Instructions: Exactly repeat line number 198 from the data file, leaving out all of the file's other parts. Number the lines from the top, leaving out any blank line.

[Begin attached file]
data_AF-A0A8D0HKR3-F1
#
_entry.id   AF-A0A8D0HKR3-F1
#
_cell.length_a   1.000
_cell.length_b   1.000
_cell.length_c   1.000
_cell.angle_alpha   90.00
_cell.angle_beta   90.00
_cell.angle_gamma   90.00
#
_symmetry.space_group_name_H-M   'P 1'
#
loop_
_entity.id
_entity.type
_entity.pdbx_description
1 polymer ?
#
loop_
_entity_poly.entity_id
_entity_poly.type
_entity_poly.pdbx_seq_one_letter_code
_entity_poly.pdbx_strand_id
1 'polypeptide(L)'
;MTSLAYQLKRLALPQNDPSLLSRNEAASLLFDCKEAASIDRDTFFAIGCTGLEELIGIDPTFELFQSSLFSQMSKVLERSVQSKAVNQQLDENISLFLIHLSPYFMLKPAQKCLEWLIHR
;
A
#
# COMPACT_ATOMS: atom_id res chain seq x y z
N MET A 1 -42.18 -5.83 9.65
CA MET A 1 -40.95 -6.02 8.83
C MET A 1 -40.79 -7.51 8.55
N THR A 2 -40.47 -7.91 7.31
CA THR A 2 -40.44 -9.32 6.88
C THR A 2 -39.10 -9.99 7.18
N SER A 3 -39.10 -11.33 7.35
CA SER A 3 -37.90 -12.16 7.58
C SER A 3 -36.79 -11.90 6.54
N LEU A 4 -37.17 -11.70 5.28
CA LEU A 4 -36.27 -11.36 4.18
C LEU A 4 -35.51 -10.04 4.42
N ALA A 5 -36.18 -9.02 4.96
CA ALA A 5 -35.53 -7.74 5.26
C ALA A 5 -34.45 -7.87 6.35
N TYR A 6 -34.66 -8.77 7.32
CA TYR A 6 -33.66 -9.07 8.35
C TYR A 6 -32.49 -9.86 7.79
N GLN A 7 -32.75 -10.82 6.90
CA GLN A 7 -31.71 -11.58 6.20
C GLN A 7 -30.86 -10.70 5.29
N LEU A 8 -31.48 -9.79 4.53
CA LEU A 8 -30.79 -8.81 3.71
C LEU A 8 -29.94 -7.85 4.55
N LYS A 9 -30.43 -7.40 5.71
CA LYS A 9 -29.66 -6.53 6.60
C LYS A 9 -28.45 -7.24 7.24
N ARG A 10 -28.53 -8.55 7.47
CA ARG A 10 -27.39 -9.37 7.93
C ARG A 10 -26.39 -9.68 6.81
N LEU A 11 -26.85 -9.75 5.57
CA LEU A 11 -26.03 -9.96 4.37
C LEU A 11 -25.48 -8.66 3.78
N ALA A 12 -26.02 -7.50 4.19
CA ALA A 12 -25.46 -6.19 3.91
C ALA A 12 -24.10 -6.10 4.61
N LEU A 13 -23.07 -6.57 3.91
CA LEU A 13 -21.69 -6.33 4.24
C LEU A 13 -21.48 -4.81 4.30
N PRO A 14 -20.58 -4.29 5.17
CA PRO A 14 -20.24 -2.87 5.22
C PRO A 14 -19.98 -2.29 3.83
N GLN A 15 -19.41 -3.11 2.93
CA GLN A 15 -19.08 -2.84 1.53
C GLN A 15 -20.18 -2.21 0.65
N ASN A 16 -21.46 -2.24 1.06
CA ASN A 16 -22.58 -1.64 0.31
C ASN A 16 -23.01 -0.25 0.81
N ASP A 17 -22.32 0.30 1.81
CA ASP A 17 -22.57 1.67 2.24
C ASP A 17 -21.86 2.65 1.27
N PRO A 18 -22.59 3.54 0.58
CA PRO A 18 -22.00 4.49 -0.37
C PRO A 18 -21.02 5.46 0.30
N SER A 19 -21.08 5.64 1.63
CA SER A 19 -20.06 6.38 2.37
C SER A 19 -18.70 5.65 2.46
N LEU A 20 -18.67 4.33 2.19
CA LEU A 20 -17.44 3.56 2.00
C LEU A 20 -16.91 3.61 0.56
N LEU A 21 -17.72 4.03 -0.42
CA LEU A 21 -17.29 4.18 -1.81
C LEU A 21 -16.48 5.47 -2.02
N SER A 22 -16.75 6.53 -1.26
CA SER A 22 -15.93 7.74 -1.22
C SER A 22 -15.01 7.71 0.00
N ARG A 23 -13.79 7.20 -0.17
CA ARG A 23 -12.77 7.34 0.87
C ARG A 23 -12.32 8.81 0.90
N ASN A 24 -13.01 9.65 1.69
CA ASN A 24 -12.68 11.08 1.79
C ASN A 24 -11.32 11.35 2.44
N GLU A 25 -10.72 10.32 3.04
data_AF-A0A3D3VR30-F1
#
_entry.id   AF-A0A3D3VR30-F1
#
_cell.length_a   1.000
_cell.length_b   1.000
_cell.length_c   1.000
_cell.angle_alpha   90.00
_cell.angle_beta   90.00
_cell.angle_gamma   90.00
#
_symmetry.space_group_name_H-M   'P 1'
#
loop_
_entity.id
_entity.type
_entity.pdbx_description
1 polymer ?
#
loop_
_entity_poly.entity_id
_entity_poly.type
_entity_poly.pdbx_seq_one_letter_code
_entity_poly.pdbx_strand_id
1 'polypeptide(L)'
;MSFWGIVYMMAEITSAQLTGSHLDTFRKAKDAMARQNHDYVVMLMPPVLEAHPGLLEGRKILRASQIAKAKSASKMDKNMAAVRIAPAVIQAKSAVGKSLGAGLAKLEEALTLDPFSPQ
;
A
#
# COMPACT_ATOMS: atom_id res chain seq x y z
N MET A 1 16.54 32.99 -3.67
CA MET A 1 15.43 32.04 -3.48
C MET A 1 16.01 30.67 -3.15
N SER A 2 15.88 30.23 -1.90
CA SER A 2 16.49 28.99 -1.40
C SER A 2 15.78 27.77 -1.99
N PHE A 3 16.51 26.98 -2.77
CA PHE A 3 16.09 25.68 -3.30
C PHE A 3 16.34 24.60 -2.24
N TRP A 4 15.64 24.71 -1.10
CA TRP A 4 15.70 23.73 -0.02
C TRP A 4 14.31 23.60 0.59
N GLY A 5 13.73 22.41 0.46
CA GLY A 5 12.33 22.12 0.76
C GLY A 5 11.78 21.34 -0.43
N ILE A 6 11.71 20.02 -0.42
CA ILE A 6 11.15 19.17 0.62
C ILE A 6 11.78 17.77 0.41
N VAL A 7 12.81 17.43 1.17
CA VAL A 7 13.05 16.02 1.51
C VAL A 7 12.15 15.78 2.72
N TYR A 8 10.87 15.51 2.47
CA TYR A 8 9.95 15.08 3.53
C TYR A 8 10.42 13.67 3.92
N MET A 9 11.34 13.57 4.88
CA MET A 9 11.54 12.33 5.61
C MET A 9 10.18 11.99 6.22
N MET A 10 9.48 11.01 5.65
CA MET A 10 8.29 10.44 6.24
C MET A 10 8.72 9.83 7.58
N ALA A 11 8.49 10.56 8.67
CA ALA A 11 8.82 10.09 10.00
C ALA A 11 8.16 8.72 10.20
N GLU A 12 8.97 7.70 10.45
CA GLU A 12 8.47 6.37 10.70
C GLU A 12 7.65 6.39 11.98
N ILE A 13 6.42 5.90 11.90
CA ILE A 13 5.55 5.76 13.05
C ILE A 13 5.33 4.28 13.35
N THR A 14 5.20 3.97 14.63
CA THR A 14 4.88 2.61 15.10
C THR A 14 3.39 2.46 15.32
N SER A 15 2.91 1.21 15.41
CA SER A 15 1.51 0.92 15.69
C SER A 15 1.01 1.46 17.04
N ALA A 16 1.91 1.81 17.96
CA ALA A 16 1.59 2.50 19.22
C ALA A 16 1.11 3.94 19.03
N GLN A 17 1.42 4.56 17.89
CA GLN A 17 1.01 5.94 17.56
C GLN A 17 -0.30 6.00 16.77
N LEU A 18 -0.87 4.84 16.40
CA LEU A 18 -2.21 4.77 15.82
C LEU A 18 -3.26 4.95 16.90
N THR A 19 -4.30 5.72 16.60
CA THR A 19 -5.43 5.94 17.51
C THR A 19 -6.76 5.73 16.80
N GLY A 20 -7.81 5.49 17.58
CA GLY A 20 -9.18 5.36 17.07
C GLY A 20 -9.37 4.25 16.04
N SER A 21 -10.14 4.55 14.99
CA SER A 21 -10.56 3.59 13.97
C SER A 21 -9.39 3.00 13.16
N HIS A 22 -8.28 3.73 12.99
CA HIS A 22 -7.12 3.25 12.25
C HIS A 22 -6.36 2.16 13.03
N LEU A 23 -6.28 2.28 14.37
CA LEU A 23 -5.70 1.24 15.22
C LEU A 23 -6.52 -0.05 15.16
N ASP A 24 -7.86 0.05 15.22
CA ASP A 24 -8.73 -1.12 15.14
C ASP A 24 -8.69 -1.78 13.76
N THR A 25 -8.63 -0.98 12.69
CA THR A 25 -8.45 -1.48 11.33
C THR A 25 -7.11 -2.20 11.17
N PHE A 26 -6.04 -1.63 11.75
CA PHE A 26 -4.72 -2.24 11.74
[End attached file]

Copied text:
CA HIS A 22 -7.12 3.25 12.25